Caixin
Jan 15, 2021 05:01 AM
BUSINESS & TECH

China Should Build a Space Station Orbiting the Moon, Father of Lunar Mission Says

Ouyang Ziyuan
Ouyang Ziyuan

As part of its project of landing space exploration crews on the moon, China should establish a space station in lunar orbit rather than one orbiting the earth, the father of China’s lunar mission said Wednesday in a meeting.

“It’s better to build the space station in moon orbit so the future moon landing would not be as difficult as the former Apollo program,” said Ouyang Ziyuan, a Chinese Academy of Sciences academician and first chief scientist of China’s lunar probe project.

The Apollo program of the American National Aeronautics and Space Administration (NASA) succeeded in landing the first humans on the Moon in 1969. The last U.S. pair of moon walkers was from the Apollo 17 mission in December 1972.

Ouyang’s suggestion of building a lunar space station, first proposed in 2018, came before the U.S. disclosed its latest moon landing plan, which includes putting a space station into lunar orbit. His discussion of the idea suggests that China’s top space scientists are continuing to work out plans for lunar exploration as the country’s space ambitions expand.

China is proceeding with development of the Tiangong Space Station in earth orbit and will finish construction by next year. It will be the only station circling the earth after the service life of the International Space Station (ISS) runs out in 2024. The Long March-5B rocket, China’s new large-carrier rocket, made its maiden flight in May 2020 to launch space station modules. In 2020, China successfully completed the Chang’e 5 lunar mission, collecting rock samples from the surface of the moon and returning to earth.

The American Artemis Program announced last year by Vice President Mike Pence aims to put the first woman and the next man on the moon through two stages by 2024. Before eventually landing moon walkers, the project would send robotic rovers to the surface of the moon and fly four astronauts around the moon on a 10-day journey.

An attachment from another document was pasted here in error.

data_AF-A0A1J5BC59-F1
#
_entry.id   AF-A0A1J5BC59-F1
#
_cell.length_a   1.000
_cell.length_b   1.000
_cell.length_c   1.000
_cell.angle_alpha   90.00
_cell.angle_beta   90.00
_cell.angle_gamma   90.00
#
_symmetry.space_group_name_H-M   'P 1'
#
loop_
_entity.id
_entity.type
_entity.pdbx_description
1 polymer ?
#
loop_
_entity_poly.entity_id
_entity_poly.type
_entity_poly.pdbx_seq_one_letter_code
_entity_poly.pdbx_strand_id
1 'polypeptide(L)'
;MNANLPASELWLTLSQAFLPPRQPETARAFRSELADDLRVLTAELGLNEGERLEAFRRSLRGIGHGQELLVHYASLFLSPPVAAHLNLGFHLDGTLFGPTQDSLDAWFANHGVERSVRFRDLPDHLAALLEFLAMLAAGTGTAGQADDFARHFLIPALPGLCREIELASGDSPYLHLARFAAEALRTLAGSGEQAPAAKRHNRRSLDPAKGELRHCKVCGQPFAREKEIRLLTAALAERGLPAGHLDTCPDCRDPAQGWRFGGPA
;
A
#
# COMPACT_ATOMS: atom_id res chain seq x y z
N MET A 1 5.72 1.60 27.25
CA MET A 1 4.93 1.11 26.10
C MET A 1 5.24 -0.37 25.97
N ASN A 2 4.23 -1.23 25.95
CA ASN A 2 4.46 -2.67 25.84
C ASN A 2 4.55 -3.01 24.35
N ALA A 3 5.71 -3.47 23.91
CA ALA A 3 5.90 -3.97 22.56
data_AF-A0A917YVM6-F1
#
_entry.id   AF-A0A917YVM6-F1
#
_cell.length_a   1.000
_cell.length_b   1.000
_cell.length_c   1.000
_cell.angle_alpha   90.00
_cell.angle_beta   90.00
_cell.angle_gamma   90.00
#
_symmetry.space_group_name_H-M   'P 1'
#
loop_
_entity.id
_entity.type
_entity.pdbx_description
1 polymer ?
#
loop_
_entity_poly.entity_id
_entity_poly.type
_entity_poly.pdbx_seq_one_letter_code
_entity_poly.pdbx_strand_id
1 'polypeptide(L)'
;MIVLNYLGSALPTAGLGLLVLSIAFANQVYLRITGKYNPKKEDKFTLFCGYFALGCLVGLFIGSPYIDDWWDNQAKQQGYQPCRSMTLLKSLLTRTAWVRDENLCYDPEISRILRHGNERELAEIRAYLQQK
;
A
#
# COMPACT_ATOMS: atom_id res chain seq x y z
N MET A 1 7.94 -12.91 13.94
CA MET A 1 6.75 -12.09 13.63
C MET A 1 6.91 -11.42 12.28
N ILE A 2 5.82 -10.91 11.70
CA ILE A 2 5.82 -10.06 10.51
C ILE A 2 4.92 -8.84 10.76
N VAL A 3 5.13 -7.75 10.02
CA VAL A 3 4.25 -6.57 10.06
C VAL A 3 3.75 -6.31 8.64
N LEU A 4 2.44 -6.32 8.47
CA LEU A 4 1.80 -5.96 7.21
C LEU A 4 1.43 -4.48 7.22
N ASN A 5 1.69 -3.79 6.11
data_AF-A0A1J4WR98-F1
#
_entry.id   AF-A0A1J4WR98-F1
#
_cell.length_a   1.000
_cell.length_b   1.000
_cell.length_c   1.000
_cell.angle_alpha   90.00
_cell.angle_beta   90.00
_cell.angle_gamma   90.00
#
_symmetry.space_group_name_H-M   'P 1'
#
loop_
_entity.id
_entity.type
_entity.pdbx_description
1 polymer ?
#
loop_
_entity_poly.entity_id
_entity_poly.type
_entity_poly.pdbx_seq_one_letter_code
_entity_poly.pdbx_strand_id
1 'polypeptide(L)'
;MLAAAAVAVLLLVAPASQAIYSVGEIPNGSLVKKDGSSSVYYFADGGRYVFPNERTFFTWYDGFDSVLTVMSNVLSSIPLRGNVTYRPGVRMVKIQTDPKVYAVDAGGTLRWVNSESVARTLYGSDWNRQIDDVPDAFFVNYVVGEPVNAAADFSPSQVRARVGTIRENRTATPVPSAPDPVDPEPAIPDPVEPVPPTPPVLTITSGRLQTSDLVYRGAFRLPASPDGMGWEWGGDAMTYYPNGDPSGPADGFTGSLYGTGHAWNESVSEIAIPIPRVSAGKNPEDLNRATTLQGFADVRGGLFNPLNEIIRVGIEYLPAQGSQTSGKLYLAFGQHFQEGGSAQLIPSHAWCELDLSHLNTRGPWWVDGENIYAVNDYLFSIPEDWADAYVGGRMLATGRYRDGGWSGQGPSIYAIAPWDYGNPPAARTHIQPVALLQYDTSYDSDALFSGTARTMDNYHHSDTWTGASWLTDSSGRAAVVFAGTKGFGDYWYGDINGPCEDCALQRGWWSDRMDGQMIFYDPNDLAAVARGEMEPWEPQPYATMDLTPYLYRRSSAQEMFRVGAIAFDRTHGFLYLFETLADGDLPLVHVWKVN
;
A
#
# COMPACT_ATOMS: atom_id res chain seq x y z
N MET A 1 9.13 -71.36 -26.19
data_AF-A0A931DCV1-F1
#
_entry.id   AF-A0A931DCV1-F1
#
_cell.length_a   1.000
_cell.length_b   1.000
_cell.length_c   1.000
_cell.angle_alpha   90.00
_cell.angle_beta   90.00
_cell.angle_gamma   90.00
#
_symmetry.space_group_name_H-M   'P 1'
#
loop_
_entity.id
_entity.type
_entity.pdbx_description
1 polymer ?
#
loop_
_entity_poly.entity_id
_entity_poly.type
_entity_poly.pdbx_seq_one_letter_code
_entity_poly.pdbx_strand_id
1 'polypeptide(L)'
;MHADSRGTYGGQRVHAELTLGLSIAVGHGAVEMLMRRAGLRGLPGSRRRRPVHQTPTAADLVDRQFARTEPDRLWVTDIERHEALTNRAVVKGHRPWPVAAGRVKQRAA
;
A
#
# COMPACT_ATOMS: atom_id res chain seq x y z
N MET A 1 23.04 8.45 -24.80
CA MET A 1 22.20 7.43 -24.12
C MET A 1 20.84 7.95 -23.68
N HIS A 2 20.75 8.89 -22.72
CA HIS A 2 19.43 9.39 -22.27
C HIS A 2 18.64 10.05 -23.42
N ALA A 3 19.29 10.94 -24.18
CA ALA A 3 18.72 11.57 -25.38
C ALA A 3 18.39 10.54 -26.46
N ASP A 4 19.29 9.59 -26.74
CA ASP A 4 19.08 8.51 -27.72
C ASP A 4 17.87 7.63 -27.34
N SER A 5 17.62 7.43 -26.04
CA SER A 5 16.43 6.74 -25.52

One feature of NASA’s multibillion-dollar program would be the 2024 launch of a Lunar Gateway, which would be a space station orbiting the moon. The gateway would serve as a rendezvous point for two astronauts to board a spacecraft that would transfer them to the surface of the moon.

NASA has set up collaborations with international partners for the Lunar Gateway, including space authorities in Japan, Canada and the European Union. Russia’s Roscosmos also showed interest in the cooperation.

Ouyang proposed a similar plan more than a year before the announcement of the Artemis Program, urging construction of a space station similar to the Lunar Gateway proposal and skipping an earth-orbiting space station.

There have been decades of space stations operating in earth orbit, such as the Soviet Union’s Mir Space Station and the ISS. Ouyang said it would not carry much significance for China to build a new space station now.

“Most important space station tasks have been done during the past decades,” he said.

“If we want to land on the moon, we can simply go down to the surface” from a lunar space station, Ouyang said. “If we want to go back, astronauts can just return to the space station.”

Chinese space authorities didn’t initially accept Ouyang’s proposal and continued planning to build an earth-orbiting space station.

“I think it did not mean we failed to understand the advantages” of building the lunar station, Ouyang said. “Instead, the problem is the lack of technology.”

Wu Yanhua, the deputy head of China’s National Space Administration, said the country would first focus on technology, and space station construction would be a priority. Further discussion of crewed lunar missions would come after the completion of the earth-orbiting station, he said last year.

Unlike the Cold War-era space race between the U.S. and the Soviet Union, China will focus on scientific research value and exploration in future crewed moon missions, Wu said.

Contact editor Bob Simison (bobsimison@caixin.com).

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